Sheila Jackson Lee

Sewell Staffer Says Ways and Means Void Has Been Filled
Sashrina Thomas also worked for Stephanie Tubbs Jones, last African-American woman on panel

Shashrina Thomas has worked for Rep. Terri A. Sewell since 2014. (Tom Williams/CQ Roll Call)

Shashrina Thomas is the bridge between the first and second African-American women to serve on the House Ways and Means Committee.

It had been nine years since an African-American woman served on the panel until Alabama Democrat Terri A. Sewell joined this year with the help of Thomas, her chief of staff.

Word on the Hill: National Wine Day
Dusty Baker on the Hill and Dana Rohrabacher in a sling

Celebrate National Wine Day before the weekend. (Tom Williams/CQ Roll Call file photo)

You may be pleasantly surprised to hear about a very special, perhaps unknown, holiday. Today is National Wine Day.

It’s nearly Friday, which means it’s almost recess, so pick up a bottle of wine on your way home from work to celebrate.

Democrats Cheer Centrist Victory in France, Republicans Mostly Silent
Many saw French election as extension of centrist vs. right wing ideological fight in the U.S.

French President-elect Emmanuel Macron waves to the crowd on Monday as he attends a ceremony to mark the Western allies’ victory in Europe in World War II with outgoing President Francois Hollande. (Jeff J Mitchell/Getty Images)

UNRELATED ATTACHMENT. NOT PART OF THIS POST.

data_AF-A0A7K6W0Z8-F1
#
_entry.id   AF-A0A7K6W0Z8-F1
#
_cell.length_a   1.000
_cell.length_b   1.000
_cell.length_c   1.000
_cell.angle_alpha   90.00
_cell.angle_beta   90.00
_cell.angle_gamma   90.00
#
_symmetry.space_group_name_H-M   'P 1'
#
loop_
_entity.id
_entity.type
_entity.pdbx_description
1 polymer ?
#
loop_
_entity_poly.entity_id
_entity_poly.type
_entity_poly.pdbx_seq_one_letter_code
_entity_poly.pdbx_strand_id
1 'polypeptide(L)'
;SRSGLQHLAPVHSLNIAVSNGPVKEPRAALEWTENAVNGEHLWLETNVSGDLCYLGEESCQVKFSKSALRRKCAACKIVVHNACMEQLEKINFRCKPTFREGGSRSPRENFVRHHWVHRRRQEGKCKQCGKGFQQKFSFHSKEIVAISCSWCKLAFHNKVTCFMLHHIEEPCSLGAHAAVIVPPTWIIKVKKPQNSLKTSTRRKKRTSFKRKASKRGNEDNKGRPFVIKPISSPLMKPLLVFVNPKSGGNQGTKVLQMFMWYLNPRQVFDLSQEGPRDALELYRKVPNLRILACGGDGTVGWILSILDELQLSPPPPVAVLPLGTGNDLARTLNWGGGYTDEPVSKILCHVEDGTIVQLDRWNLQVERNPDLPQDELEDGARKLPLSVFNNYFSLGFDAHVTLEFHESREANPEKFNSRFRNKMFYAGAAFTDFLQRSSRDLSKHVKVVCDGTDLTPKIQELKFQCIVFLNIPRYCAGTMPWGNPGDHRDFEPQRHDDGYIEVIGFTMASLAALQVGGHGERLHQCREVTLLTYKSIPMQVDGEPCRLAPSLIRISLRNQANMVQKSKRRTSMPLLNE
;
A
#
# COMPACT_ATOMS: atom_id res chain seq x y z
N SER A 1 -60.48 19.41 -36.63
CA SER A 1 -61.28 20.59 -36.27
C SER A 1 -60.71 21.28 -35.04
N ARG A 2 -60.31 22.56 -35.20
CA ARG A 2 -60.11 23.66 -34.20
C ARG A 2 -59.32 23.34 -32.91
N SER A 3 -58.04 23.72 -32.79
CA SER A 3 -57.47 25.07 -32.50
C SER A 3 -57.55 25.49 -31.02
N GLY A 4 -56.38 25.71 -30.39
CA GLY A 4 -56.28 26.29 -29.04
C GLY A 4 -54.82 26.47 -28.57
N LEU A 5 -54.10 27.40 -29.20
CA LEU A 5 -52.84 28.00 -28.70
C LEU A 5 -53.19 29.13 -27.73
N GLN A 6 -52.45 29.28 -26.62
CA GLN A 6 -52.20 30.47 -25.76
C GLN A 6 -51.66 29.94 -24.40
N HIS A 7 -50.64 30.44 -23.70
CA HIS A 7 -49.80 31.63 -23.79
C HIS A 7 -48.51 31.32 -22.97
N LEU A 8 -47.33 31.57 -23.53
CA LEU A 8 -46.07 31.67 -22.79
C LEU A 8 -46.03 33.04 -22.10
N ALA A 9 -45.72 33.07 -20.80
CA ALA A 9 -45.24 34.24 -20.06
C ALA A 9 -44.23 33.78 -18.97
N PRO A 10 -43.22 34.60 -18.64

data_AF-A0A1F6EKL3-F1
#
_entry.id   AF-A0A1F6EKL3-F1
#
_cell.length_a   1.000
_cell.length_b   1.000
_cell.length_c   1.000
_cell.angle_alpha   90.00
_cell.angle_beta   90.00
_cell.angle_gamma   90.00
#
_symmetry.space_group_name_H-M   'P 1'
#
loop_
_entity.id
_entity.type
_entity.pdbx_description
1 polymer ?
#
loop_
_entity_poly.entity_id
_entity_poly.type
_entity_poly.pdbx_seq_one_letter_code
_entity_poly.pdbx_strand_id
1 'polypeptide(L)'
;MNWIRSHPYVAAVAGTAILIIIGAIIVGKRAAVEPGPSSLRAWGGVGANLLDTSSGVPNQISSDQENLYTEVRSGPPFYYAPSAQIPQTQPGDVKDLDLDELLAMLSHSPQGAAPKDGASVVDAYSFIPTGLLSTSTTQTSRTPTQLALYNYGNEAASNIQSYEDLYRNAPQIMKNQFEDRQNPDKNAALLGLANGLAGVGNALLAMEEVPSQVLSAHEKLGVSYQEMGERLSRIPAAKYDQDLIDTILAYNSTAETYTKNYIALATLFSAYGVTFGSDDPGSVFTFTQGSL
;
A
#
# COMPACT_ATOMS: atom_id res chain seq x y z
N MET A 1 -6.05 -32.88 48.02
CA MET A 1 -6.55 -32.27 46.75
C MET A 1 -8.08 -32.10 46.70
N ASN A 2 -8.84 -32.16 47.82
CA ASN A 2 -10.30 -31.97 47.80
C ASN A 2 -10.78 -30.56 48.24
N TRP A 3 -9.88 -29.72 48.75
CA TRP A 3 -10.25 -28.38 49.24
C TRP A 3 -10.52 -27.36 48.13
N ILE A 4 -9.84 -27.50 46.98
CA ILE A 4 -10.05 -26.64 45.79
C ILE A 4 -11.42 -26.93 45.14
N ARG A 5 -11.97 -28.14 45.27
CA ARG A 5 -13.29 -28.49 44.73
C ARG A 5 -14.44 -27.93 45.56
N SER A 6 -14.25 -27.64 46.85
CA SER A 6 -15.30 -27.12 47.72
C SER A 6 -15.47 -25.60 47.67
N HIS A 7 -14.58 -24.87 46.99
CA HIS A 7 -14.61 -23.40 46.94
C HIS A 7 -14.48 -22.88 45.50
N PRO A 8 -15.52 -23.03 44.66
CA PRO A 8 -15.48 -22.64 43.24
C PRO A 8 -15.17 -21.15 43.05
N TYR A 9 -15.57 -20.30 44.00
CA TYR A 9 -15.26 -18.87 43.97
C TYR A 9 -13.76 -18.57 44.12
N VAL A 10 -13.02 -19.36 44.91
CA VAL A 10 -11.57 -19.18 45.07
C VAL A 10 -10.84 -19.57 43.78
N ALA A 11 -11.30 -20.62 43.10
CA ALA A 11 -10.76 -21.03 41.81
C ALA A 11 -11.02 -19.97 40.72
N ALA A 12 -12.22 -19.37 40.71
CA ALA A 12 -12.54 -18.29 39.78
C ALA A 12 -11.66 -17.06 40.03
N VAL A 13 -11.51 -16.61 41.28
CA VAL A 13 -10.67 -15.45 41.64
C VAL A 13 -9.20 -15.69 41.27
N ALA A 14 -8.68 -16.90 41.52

France’s presidential election drew more attention in the U.S. than normal because many saw it as an extension of the ideological fight between centrism and the far right that characterized the presidential contest between Hillary Clinton and Donald Trump.

French voters elected centrist Emmanuel Macron president, resoundingly rejecting far-right white nationalist Marine Le Pen, 66-34 percent.

Lee, Thompson and Fudge on Former Rep. Brown’s Witness List
Former congresswoman’s trial scheduled to begin April 24

Former Rep. Corrine Brown, D-Fla., is charged with using funds from a non-profit on herself. (Tom Williams/CQ Roll Call file photo)

Reps. Bennie Thompson, Marcia Fudge and Sheila Jackson Lee are potential witnesses in the corruption case of former Florida Rep. Corrine Brown. 

An attorney for Brown listed Thompson, D-Miss., Fudge, D-Ohio, and Lee, D-Texas, are on the witness list for Brown’s corruption trial, which begins with jury selection on April 24, the Florida Times-Union reported.